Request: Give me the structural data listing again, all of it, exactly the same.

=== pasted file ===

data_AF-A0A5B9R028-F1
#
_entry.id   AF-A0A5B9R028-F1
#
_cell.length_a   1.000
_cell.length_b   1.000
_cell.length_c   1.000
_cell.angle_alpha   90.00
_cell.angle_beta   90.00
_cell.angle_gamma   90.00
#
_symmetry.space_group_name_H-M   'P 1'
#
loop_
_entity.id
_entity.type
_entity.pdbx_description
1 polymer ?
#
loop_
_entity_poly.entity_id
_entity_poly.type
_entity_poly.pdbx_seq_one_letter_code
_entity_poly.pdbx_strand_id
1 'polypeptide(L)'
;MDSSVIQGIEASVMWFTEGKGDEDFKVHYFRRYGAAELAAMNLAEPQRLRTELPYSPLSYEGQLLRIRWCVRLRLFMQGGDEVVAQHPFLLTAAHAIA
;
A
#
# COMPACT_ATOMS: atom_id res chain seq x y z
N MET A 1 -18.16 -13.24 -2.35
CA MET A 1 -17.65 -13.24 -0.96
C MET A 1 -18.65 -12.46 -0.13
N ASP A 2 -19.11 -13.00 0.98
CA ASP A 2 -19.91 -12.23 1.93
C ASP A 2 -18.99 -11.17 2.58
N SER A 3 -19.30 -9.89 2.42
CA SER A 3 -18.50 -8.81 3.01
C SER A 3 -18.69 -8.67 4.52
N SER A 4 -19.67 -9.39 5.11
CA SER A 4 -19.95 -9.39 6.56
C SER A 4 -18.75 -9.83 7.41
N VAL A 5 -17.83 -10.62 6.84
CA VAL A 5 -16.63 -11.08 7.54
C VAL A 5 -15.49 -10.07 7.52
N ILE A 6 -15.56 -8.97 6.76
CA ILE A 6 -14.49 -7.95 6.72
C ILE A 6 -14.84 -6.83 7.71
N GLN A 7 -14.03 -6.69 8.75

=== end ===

data_AF-A0A5B9R028-F1
#
_entry.id   AF-A0A5B9R028-F1
#
_cell.length_a   1.000
_cell.length_b   1.000
_cell.length_c   1.000
_cell.angle_alpha   90.00
_cell.angle_beta   90.00
_cell.angle_gamma   90.00
#
_symmetry.space_group_name_H-M   'P 1'
#
loop_
_entity.id
_entity.type
_entity.pdbx_description
1 polymer ?
#
loop_
_entity_poly.entity_id
_entity_poly.type
_entity_poly.pdbx_seq_one_letter_code
_entity_poly.pdbx_strand_id
1 'polypeptide(L)'
;MDSSVIQGIEASVMWFTEGKGDEDFKVHYFRRYGAAELAAMNLAEPQRLRTELPYSPLSYEGQLLRIRWCVRLRLFMQGGDEVVAQHPFLLTAAHAIA
;
A
#
# COMPACT_ATOMS: atom_id res chain seq x y z
N MET A 1 -18.16 -13.24 -2.35
CA MET A 1 -17.65 -13.24 -0.96
C MET A 1 -18.65 -12.46 -0.13
N ASP A 2 -19.11 -13.00 0.98
CA ASP A 2 -19.91 -12.23 1.93
C ASP A 2 -18.99 -11.17 2.58
N SER A 3 -19.30 -9.89 2.42
CA SER A 3 -18.50 -8.81 3.01
C SER A 3 -18.69 -8.67 4.52
N SER A 4 -19.67 -9.39 5.11
CA SER A 4 -19.95 -9.39 6.56
C SER A 4 -18.75 -9.83 7.41
N VAL A 5 -17.83 -10.62 6.84
CA VAL A 5 -16.63 -11.08 7.54
C VAL A 5 -15.49 -10.07 7.52
N ILE A 6 -15.56 -8.97 6.76
CA ILE A 6 -14.49 -7.95 6.72
C ILE A 6 -14.84 -6.83 7.71
N GLN A 7 -14.03 -6.69 8.75